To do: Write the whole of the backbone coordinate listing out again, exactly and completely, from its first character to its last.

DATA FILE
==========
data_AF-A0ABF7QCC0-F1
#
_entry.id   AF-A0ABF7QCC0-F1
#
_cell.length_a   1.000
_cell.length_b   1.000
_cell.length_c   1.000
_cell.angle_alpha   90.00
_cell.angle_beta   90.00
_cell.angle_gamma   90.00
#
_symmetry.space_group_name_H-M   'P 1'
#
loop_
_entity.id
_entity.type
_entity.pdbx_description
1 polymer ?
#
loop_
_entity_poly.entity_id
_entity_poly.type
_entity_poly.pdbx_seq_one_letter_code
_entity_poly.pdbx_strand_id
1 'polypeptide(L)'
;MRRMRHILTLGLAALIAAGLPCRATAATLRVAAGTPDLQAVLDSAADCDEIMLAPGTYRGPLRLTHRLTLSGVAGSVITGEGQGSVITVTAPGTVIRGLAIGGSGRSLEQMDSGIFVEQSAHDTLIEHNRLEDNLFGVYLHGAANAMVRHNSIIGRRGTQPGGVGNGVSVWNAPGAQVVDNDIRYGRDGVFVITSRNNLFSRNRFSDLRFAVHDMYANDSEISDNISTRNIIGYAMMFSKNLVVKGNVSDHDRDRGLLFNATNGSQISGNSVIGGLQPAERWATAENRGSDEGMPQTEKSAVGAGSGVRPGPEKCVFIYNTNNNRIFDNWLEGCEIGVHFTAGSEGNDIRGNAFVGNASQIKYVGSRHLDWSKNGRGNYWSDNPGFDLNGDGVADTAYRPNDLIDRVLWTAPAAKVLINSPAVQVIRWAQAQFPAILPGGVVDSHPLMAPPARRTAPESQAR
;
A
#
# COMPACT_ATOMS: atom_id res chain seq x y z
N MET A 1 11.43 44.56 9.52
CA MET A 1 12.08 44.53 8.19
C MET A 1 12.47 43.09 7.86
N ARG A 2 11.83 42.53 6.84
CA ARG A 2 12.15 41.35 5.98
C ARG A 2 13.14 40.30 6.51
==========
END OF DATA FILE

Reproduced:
data_AF-A0ABF7QCC0-F1
#
_entry.id   AF-A0ABF7QCC0-F1
#
_cell.length_a   1.000
_cell.length_b   1.000
_cell.length_c   1.000
_cell.angle_alpha   90.00
_cell.angle_beta   90.00
_cell.angle_gamma   90.00
#
_symmetry.space_group_name_H-M   'P 1'
#
loop_
_entity.id
_entity.type
_entity.pdbx_description
1 polymer ?
#
loop_
_entity_poly.entity_id
_entity_poly.type
_entity_poly.pdbx_seq_one_letter_code
_entity_poly.pdbx_strand_id
1 'polypeptide(L)'
;MRRMRHILTLGLAALIAAGLPCRATAATLRVAAGTPDLQAVLDSAADCDEIMLAPGTYRGPLRLTHRLTLSGVAGSVITGEGQGSVITVTAPGTVIRGLAIGGSGRSLEQMDSGIFVEQSAHDTLIEHNRLEDNLFGVYLHGAANAMVRHNSIIGRRGTQPGGVGNGVSVWNAPGAQVVDNDIRYGRDGVFVITSRNNLFSRNRFSDLRFAVHDMYANDSEISDNISTRNIIGYAMMFSKNLVVKGNVSDHDRDRGLLFNATNGSQISGNSVIGGLQPAERWATAENRGSDEGMPQTEKSAVGAGSGVRPGPEKCVFIYNTNNNRIFDNWLEGCEIGVHFTAGSEGNDIRGNAFVGNASQIKYVGSRHLDWSKNGRGNYWSDNPGFDLNGDGVADTAYRPNDLIDRVLWTAPAAKVLINSPAVQVIRWAQAQFPAILPGGVVDSHPLMAPPARRTAPESQAR
;
A
#
# COMPACT_ATOMS: atom_id res chain seq x y z
N MET A 1 11.43 44.56 9.52
CA MET A 1 12.08 44.53 8.19
C MET A 1 12.47 43.09 7.86
N ARG A 2 11.83 42.53 6.84
CA ARG A 2 12.15 41.35 5.98
C ARG A 2 13.14 40.30 6.51